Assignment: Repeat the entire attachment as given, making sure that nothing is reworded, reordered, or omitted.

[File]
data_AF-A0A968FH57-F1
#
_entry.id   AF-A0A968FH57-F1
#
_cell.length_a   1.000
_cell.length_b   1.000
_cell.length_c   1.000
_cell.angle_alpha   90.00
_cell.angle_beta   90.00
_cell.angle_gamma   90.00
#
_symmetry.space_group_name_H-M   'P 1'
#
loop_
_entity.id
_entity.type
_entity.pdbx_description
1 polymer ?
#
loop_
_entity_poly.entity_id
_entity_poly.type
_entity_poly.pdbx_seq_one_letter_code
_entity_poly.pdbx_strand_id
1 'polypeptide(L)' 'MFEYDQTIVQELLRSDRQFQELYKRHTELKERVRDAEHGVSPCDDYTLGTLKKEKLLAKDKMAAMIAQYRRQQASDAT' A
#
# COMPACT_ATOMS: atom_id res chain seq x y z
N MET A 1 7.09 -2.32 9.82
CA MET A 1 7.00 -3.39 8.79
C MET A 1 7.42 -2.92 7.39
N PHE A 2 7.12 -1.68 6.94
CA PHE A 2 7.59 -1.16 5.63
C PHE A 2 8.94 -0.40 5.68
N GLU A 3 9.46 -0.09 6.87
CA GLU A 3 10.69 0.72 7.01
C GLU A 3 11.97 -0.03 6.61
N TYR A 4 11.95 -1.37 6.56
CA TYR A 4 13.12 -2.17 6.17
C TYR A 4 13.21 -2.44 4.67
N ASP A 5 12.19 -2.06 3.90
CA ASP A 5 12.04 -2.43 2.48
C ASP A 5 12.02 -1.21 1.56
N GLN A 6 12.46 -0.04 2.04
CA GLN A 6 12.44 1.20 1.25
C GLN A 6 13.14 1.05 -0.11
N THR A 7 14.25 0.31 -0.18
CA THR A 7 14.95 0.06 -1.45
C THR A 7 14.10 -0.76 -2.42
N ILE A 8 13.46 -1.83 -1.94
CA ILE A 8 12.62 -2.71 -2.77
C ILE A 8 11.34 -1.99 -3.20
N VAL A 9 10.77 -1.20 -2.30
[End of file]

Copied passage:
data_AF-A0A968FH57-F1
#
_entry.id   AF-A0A968FH57-F1
#
_cell.length_a   1.000
_cell.length_b   1.000
_cell.length_c   1.000
_cell.angle_alpha   90.00
_cell.angle_beta   90.00
_cell.angle_gamma   90.00
#
_symmetry.space_group_name_H-M   'P 1'
#
loop_
_entity.id
_entity.type
_entity.pdbx_description
1 polymer ?
#
loop_
_entity_poly.entity_id
_entity_poly.type
_entity_poly.pdbx_seq_one_letter_code
_entity_poly.pdbx_strand_id
1 'polypeptide(L)' 'MFEYDQTIVQELLRSDRQFQELYKRHTELKERVRDAEHGVSPCDDYTLGTLKKEKLLAKDKMAAMIAQYRRQQASDAT' A
#
# COMPACT_ATOMS: atom_id res chain seq x y z
N MET A 1 7.09 -2.32 9.82
CA MET A 1 7.00 -3.39 8.79
C MET A 1 7.42 -2.92 7.39
N PHE A 2 7.12 -1.68 6.94
CA PHE A 2 7.59 -1.16 5.63
C PHE A 2 8.94 -0.40 5.68
N GLU A 3 9.46 -0.09 6.87
CA GLU A 3 10.69 0.72 7.01
C GLU A 3 11.97 -0.03 6.61
N TYR A 4 11.95 -1.37 6.56
CA TYR A 4 13.12 -2.17 6.17
C TYR A 4 13.21 -2.44 4.67
N ASP A 5 12.19 -2.06 3.90
CA ASP A 5 12.04 -2.43 2.48
C ASP A 5 12.02 -1.21 1.56
N GLN A 6 12.46 -0.04 2.04
CA GLN A 6 12.44 1.20 1.25
C GLN A 6 13.14 1.05 -0.11
N THR A 7 14.25 0.31 -0.18
CA THR A 7 14.95 0.06 -1.45
C THR A 7 14.10 -0.76 -2.42
N ILE A 8 13.46 -1.83 -1.94
CA ILE A 8 12.62 -2.71 -2.77
C ILE A 8 11.34 -1.99 -3.20
N VAL A 9 10.77 -1.20 -2.30